As you might have gathered from our blog's title, the Code Switch team is kind of obsessed with the ways we speak to each other. Every Monday in "Word Watch," we'll dig into language that tells us something about the way race is lived in America today. (Interested in contributing? Holler at this form.)
Last week, Rachel Jeantel took the stand in the murder trial of George Zimmerman, who shot and killed Trayvon Martin after an altercation. Jeantel was on the phone with Martin moments before the fateful encounter.
Jeantel said that Martin told her that a "creepy-ass cracker" was following him. She told Don West, George Zimmerman's attorney, that she didn't think the phrase was racist; West argued that it was.
Hold up a second. Cracker? In 2013? It struck my ears as dated, like ofay or honky, the kind of slur an old head like Richard Pryor might have uttered. Jeantel and Martin, of course, were millennials. Could cracker be a regional thing?
I asked Jelani Cobb, a historian at the University of Connecticut and a contributor to The New Yorker, if he might know. (Full disclosure: Cobb is a friend.) He'd written about the etymology of some anti-white slurs: peckerwood, Miss Anne and Mister Charlie, and buckra, a term that was once widely used throughout the black diaspora, in the Americas, the Caribbean and in West Africa.
"Cracker," the old standby of Anglo insults was first noted in the mid 18th century, making it older than the United States itself. It was used to refer to poor whites, particularly those inhabiting the frontier regions of Maryland, Virginia and Georgia. It is suspected that it was a shortened version of "whip-cracker," since the manual labor they did involved driving livestock with a whip (not to mention the other brutal arenas where those skills were employed.) Over the course of time it came to represent a person of lower caste or criminal disposition, (in some instances, was used in reference to bandits and other lawless folk.)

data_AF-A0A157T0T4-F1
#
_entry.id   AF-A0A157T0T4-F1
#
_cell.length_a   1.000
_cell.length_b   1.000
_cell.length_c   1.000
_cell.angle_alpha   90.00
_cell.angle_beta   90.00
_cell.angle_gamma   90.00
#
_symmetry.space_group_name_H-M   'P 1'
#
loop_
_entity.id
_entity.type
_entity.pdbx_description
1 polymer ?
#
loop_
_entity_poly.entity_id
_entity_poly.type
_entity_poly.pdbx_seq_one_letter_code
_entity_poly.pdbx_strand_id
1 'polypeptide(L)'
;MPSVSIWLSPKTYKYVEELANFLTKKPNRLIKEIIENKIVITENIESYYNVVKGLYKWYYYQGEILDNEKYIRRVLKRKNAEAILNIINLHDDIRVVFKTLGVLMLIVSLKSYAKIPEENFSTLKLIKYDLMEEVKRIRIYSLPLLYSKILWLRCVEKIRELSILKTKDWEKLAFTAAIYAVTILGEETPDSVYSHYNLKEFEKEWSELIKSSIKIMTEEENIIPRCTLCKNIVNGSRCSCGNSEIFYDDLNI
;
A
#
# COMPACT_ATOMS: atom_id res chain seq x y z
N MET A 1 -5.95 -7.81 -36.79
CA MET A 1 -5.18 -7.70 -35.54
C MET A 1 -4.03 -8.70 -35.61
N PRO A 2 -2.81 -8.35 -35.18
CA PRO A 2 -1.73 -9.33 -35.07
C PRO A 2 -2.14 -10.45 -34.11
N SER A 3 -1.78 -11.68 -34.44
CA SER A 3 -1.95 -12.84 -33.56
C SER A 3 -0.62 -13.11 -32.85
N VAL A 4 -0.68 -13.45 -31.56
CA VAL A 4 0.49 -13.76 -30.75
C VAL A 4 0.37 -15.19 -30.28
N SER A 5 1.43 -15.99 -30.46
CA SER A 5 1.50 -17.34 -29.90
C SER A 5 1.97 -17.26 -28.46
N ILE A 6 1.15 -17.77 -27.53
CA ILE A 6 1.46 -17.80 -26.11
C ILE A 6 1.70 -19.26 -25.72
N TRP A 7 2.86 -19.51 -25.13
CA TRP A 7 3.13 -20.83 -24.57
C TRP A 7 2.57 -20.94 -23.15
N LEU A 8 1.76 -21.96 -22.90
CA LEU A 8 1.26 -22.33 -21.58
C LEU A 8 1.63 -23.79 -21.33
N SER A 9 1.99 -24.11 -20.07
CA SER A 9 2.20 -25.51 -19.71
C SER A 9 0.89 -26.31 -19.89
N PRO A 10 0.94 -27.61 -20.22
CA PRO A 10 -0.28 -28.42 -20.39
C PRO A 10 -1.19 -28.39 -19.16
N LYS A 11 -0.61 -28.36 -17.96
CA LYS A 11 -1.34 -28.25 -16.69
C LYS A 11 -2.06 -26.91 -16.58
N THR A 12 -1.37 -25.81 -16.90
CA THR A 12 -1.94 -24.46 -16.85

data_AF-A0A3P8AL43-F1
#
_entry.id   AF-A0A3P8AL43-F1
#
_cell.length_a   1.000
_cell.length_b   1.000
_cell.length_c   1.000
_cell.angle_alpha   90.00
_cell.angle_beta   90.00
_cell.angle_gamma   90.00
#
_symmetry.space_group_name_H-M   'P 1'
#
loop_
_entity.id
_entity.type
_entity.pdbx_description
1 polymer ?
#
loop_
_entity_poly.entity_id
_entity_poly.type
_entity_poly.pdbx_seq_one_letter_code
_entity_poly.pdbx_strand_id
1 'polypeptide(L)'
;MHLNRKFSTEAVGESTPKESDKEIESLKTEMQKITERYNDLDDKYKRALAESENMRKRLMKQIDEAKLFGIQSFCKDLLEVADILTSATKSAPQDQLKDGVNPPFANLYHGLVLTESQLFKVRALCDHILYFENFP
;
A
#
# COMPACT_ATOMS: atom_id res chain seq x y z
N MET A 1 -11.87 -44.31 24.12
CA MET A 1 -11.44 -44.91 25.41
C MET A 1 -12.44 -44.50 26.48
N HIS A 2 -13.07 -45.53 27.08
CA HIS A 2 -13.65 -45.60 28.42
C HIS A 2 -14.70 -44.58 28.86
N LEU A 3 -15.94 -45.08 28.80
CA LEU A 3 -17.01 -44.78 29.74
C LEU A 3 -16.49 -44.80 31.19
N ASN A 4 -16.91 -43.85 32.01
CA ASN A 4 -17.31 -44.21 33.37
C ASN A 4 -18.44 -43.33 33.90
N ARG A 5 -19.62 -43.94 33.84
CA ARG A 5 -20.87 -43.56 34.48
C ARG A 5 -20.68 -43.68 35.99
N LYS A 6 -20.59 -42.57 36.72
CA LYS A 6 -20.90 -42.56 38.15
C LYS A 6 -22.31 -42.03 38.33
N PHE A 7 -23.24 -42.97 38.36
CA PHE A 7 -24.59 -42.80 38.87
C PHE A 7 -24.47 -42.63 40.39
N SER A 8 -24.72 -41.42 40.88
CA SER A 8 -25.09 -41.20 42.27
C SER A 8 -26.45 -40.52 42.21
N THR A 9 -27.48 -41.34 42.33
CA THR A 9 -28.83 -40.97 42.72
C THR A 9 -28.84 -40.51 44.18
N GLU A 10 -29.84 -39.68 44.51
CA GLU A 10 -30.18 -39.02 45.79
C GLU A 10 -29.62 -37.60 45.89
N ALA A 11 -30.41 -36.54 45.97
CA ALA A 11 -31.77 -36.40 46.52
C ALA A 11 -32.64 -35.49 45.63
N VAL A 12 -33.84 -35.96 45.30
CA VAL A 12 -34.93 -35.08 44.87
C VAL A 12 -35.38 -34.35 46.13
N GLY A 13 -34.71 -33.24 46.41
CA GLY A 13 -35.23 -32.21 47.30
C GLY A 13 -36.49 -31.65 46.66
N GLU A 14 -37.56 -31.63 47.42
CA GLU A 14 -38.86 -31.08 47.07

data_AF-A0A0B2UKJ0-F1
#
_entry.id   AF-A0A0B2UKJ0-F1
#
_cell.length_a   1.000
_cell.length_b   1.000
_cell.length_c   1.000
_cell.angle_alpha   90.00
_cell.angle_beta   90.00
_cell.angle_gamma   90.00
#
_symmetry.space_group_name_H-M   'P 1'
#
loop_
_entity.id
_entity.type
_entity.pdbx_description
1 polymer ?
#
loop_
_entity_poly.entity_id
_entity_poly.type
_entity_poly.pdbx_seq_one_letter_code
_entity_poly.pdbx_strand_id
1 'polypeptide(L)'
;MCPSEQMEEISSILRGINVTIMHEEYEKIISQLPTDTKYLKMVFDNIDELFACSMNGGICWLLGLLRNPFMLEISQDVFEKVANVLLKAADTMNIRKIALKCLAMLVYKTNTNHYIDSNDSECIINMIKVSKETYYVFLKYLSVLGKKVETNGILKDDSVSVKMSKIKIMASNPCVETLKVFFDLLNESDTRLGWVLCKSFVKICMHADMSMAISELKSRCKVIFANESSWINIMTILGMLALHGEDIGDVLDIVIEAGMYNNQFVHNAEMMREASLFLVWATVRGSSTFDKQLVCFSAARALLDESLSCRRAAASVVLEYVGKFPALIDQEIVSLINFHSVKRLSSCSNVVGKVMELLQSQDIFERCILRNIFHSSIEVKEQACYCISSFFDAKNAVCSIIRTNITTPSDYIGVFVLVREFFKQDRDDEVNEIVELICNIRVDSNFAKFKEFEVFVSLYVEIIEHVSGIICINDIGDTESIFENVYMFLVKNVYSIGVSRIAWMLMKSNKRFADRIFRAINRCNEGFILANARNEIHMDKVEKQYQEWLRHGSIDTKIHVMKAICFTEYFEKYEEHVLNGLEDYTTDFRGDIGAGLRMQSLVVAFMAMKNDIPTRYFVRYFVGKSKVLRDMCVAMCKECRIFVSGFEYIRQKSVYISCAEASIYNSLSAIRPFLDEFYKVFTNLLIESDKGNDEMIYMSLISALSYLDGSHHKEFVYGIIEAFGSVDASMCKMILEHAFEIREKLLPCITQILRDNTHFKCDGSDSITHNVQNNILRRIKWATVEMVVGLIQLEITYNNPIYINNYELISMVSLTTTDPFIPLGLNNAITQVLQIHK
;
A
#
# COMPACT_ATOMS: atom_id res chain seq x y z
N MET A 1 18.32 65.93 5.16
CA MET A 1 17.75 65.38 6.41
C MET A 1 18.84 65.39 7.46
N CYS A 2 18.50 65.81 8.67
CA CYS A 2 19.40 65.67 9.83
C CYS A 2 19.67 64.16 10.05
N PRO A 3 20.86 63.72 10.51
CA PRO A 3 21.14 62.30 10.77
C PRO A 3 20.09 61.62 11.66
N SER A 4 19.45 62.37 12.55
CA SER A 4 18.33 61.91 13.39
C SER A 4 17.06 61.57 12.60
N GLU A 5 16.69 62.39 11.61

But it turns out cracker's roots go back even further than the 17th century. All the way back to the age of Shakespeare, at least.
"The meaning of the word has changed a lot over the last four centuries," said Dana Ste. Claire, a Florida historian and anthropologist who studies, er, crackers. (He literally wrote the book on them.)
Ste. Claire pointed me to King John, published sometime in the 1590s. One character refers to another as a craker — a common insult for an obnoxious bloviator.
What craker is this same that deafs our ears with this abundance of superfluous breath?
"It's a beautiful quote, but it was a character trait that was used to describe a group of Celtic immigrants — Scots-Irish people who came to the Americas who were running from political circumstances in the old world," Ste. Claire said. Those Scots-Irish folks started settling the Carolinas, and later moved deeper South and into Florida and Georgia.
But the disparaging term followed these immigrants, who were thought by local officials to be unruly and ill-mannered.
"In official documents, the governor of Florida said, 'We don't know what to do with these crackers — we tell them to settle this area and they don't; we tell them not to settle this area and they do," Ste. Claire said. "They lived off the land. They were rogues."